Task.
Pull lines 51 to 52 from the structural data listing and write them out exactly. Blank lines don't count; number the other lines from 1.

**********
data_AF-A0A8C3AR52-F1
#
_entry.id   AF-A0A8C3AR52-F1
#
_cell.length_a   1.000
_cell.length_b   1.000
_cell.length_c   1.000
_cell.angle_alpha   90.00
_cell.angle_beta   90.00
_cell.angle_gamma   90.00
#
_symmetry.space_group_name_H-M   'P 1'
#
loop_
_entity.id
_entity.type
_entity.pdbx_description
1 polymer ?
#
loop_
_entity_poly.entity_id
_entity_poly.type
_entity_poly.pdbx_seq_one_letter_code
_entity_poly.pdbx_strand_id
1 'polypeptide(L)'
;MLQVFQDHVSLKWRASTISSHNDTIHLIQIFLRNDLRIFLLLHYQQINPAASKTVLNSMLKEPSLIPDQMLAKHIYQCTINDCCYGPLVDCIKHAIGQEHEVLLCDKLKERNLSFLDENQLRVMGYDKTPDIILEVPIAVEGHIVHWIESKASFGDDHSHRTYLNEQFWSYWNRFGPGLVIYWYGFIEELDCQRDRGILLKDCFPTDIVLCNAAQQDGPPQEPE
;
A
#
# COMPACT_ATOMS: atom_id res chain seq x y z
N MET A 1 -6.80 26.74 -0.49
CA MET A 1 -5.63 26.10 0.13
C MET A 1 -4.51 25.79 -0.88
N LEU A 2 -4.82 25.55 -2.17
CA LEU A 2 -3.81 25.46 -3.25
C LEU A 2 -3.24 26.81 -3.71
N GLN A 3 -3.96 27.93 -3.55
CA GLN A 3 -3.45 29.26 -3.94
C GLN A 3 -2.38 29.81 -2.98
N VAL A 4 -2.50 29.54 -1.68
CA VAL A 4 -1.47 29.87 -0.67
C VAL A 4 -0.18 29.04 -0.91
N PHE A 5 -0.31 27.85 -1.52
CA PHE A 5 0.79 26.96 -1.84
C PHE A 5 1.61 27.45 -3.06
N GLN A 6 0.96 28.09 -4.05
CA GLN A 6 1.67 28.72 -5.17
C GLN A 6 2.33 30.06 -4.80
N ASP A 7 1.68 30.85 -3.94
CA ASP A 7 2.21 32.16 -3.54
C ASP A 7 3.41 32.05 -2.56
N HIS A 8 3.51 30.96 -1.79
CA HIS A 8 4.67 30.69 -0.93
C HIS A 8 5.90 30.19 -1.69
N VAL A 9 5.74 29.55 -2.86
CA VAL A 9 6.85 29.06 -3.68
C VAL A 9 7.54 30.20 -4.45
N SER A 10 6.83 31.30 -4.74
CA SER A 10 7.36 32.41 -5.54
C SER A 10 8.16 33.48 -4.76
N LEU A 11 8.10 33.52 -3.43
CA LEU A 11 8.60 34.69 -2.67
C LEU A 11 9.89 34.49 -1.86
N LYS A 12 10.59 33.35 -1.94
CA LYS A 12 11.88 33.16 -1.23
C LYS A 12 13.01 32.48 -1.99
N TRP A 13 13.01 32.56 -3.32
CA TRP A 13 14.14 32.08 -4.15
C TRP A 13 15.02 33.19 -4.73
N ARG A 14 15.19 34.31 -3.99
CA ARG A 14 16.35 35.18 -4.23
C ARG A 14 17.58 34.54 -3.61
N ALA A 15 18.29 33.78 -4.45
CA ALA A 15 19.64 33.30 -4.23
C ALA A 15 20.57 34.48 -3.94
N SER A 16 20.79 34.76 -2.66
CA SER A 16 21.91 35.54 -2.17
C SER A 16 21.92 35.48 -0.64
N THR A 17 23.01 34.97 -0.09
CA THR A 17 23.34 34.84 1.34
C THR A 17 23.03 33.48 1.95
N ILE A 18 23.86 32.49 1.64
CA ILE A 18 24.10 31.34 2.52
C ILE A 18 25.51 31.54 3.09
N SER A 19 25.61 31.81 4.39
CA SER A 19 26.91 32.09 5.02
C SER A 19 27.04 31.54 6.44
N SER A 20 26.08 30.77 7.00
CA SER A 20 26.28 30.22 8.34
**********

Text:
C ASP A 7 3.41 32.05 -2.56
N HIS A 8 3.51 30.96 -1.79